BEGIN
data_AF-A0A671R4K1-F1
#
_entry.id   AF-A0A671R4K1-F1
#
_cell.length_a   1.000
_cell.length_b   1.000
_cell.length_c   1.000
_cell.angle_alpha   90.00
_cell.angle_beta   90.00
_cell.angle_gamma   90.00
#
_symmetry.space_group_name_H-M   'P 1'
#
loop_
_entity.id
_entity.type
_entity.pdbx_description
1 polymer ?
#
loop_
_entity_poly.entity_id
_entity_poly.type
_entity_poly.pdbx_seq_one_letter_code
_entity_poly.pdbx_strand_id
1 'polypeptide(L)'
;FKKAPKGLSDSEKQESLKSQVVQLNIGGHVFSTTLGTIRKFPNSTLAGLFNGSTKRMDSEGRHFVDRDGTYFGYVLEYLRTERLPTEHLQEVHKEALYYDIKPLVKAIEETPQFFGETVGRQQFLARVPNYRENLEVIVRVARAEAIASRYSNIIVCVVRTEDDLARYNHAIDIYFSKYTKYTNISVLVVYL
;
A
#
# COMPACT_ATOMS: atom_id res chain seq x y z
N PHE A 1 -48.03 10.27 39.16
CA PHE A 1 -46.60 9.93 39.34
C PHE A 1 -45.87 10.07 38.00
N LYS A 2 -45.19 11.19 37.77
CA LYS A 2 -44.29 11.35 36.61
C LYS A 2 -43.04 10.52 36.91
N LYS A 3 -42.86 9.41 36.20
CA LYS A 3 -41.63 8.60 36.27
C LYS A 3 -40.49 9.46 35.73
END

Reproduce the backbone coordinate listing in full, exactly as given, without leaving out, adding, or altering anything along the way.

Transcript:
data_AF-A0A671R4K1-F1
#
_entry.id   AF-A0A671R4K1-F1
#
_cell.length_a   1.000
_cell.length_b   1.000
_cell.length_c   1.000
_cell.angle_alpha   90.00
_cell.angle_beta   90.00
_cell.angle_gamma   90.00
#
_symmetry.space_group_name_H-M   'P 1'
#
loop_
_entity.id
_entity.type
_entity.pdbx_description
1 polymer ?
#
loop_
_entity_poly.entity_id
_entity_poly.type
_entity_poly.pdbx_seq_one_letter_code
_entity_poly.pdbx_strand_id
1 'polypeptide(L)'
;FKKAPKGLSDSEKQESLKSQVVQLNIGGHVFSTTLGTIRKFPNSTLAGLFNGSTKRMDSEGRHFVDRDGTYFGYVLEYLRTERLPTEHLQEVHKEALYYDIKPLVKAIEETPQFFGETVGRQQFLARVPNYRENLEVIVRVARAEAIASRYSNIIVCVVRTEDDLARYNHAIDIYFSKYTKYTNISVLVVYL
;
A
#
# COMPACT_ATOMS: atom_id res chain seq x y z
N PHE A 1 -48.03 10.27 39.16
CA PHE A 1 -46.60 9.93 39.34
C PHE A 1 -45.87 10.07 38.00
N LYS A 2 -45.19 11.19 37.77
CA LYS A 2 -44.29 11.35 36.61
C LYS A 2 -43.04 10.52 36.91
N LYS A 3 -42.86 9.41 36.20
CA LYS A 3 -41.63 8.60 36.27
C LYS A 3 -40.49 9.46 35.73